I remind you that this matter is before the courts. I wish to express caution in this regard.

In any case, it is before the newspapers. I am simply saying it. I am not talking about the actual sentencing and I will not talk about it, but the fact is that it was delayed in order to allow the assailant to go before the courts. There was a much worse case in the Republic in which a young man, a gifted student, a devoted son and a very brilliant man, was hit from behind while cycling by a man who was speeding. He was knocked flying. The driver did not appear to brake or slow down; he simply went on and hid the car. He has had a series of convictions for drug and other offences, including traffic offences. As I understand it, he was actually more or less out on bail when this happened.

Senator, if this matter is before the courts-----

I am not identifying anyone and the matter I am referring to has actually lapsed by default. I am suggesting that there are victims in these cases and there are a large number of them. It is creating a danger to the public. People who have a long criminal record are let out on probation or on bail and the fact is that they have suspended sentences already hanging over them which are not implemented. They should be back in jail that minute. That is the law; I am not dealing with anything that is before the courts. I am stating that this is the law but we are allowing dangerous people out. We should know how dangerous they are and we should recognise the appalling damage they do.

I welcome the High Court judgment today under which the genetic parents of twins born to a surrogate mother were deemed to be the legal parents and the genetic mother was entitled to have her name on the birth certificate. I think this was the right judgment in this case, but the whole issue is not straightforward. What if it had been a donor? Who then would be deemed the legal mother? It is absolutely past time that we had a debate on assisted human reproduction in the House. Certainly, we need legislation in this area. Each year in Ireland thousands of couples seek help in the area of assisted reproduction, and therefore it is timely. The legal judgment will push the issue on. I am keen to hear from the Leader on this issue in his response.

Like Senator Aideen Hayden, I was absolutely disgusted to hear that Ulster Bank is maintaining that this year it will foreclose on 1,000 homes. It has stated that it is time to get real. I will put what is real to the bank: those couples, families and individuals qualified for a mortgage pre-recession. They had incomes, higher incomes in some cases, and since then they may have lost them or had them reduced. The bank is expecting those couples and individuals to meet the same mortgage repayments.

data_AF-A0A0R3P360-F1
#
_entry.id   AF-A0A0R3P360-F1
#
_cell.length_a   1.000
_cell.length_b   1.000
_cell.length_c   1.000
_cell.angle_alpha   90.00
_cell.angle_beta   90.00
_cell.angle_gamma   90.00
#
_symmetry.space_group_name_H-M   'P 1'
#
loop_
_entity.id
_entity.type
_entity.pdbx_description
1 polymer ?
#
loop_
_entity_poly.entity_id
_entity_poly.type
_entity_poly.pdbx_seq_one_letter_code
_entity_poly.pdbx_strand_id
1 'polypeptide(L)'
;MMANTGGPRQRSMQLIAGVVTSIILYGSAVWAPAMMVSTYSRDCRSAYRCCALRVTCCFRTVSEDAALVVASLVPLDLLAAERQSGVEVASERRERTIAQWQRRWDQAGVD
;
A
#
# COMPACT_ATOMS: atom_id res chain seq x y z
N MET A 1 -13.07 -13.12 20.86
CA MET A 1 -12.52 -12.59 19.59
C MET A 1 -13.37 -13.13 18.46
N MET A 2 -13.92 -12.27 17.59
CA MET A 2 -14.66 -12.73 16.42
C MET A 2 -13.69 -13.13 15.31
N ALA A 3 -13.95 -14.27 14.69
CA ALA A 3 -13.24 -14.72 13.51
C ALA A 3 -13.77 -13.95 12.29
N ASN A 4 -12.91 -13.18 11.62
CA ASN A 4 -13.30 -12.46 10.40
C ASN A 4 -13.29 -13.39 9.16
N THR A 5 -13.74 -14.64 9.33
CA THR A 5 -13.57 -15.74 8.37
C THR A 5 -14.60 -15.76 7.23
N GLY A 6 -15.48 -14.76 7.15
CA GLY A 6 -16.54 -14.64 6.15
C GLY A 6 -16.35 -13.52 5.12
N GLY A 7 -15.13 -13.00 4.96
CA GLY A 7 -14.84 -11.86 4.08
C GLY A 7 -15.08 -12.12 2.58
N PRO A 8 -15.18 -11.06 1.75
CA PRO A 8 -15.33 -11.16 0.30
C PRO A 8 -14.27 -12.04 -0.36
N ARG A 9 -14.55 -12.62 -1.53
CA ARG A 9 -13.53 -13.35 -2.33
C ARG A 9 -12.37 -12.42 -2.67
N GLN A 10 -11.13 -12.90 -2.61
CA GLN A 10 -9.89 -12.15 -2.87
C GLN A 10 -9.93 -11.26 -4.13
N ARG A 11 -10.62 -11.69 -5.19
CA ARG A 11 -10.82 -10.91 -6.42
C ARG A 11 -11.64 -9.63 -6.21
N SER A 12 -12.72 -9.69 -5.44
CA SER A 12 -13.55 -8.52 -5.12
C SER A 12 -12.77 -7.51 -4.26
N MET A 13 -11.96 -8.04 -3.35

How could that add up? How is that real? In place of it we have a mortgage arrears resolution process that is not working. This is my third week in a row to raise this issue. We need the Minister for Finance to come to the House because this is the big issue coming down the line. We have personal debt and mortgage debt. I will not let the banks lecture homeowners given all we have done for them.

I second the proposal by Senator Moloney that we set aside time to debate the announcement on the mobility and motorised transport allowance. As spokesperson on disability for the Labour Party group, I was inundated with calls from stressed and worried people who had gained a sense of independence thanks to the mobility allowance and now feared that it would be withdrawn. While I recognise that €10.5 million has been ringfenced for them, what will happen in four months' time? I agree with the Senator that it would be beneficial if we were to put our heads together in this House or if some of us asked to be on the working group, given that we are in touch with people who receive the allowance.

In regard to unemployed teachers, I have previously raised the issue of retired teachers being employed in schools. Some 3,365 newly-qualified teachers graduated from college last year, whereas 153 retired teachers were employed by schools in the two weeks before Christmas. I commend the Minister for Education and Skills on his recommendation that schools should prioritise unemployed and newly-qualified teachers when employing substitutes but, as we approach the time of year when teachers will be asked to get involved in practical examinations and State examination supervision, I ask that some kind of system be put in place so that graduate and unemployed teachers are given priority over retired teachers.